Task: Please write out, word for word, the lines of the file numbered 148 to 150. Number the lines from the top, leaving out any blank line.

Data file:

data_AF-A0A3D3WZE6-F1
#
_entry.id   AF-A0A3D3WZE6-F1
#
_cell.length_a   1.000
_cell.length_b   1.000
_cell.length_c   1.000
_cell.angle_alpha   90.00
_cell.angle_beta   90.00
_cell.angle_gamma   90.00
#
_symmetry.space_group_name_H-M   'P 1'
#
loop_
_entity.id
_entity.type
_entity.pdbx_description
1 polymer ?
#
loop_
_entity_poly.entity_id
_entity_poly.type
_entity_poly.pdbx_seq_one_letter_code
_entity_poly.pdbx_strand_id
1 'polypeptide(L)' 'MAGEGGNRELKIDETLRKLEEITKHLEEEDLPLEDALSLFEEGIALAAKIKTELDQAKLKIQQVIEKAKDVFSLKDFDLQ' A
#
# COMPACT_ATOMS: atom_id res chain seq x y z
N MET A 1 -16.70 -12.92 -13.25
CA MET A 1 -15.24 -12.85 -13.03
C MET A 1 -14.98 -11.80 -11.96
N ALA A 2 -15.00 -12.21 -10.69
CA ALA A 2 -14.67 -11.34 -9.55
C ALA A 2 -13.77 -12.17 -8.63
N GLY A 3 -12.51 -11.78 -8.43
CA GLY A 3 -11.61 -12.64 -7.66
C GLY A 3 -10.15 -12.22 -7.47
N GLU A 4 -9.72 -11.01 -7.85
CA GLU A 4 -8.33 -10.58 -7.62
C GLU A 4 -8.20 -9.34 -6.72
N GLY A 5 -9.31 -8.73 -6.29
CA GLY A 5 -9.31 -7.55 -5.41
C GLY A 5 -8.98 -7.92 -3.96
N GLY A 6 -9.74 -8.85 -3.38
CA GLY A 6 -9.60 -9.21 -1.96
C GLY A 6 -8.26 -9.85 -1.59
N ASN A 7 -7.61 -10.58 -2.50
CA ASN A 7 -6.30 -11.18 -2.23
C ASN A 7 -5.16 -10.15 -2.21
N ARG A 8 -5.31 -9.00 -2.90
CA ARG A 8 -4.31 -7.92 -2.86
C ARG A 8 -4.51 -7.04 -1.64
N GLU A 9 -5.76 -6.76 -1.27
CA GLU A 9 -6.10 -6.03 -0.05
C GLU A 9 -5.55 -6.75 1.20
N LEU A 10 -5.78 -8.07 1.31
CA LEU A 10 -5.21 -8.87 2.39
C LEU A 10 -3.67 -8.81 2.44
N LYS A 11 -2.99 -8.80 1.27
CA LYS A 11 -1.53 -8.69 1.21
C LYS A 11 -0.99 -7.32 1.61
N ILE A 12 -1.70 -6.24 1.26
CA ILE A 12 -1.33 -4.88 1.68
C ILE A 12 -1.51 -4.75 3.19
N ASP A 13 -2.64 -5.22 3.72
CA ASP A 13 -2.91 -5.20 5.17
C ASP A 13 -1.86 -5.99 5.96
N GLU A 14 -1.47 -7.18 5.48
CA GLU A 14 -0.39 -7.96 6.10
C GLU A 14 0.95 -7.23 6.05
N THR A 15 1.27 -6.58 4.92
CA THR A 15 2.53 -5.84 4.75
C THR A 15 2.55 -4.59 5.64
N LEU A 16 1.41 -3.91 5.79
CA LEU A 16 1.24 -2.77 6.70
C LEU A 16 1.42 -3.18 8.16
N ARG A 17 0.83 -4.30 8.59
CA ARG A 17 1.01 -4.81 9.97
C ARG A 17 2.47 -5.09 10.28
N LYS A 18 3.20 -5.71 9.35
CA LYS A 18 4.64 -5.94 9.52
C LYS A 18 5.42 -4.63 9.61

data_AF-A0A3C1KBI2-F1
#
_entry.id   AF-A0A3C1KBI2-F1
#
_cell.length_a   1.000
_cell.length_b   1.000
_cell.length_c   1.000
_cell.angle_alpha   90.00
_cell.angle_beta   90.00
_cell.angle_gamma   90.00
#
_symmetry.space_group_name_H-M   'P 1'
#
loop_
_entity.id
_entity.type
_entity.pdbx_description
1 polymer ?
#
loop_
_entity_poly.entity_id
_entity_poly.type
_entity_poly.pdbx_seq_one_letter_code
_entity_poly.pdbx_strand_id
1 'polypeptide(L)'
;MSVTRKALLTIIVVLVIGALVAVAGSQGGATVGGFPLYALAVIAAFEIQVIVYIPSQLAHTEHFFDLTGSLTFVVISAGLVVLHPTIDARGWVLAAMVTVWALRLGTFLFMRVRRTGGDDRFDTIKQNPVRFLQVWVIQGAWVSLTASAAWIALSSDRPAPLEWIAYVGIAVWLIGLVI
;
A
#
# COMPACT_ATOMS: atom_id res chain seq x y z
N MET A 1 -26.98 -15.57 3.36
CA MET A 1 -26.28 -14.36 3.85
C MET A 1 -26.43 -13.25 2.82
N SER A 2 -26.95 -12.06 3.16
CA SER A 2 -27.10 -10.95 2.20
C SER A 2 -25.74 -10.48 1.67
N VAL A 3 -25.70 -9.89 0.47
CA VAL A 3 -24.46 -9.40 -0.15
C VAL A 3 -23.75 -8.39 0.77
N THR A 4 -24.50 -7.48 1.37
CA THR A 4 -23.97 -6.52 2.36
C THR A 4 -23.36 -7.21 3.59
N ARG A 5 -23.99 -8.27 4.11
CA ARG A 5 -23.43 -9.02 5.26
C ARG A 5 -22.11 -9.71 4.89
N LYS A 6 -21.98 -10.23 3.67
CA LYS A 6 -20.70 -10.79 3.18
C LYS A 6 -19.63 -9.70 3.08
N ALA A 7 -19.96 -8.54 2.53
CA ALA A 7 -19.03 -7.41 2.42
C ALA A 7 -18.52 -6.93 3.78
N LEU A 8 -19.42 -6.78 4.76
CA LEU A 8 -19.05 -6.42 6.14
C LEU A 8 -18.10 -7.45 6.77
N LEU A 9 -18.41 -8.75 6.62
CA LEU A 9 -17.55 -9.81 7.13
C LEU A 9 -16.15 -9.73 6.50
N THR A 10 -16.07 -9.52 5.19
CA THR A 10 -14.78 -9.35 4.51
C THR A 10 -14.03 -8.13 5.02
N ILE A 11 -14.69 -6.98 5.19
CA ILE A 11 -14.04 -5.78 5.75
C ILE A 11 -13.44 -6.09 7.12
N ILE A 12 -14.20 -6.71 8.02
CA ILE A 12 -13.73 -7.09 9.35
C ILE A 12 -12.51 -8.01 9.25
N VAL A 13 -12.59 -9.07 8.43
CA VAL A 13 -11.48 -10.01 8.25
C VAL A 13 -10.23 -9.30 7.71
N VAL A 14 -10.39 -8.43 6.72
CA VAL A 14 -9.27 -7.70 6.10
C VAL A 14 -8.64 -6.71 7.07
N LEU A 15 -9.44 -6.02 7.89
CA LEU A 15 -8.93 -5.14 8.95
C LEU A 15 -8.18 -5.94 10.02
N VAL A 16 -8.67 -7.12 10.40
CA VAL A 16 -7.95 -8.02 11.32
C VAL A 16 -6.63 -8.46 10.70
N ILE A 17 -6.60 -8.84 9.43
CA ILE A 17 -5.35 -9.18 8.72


N VAL A 13 -12.59 -9.07 8.43
CA VAL A 13 -11.48 -10.01 8.25
C VAL A 13 -10.23 -9.30 7.71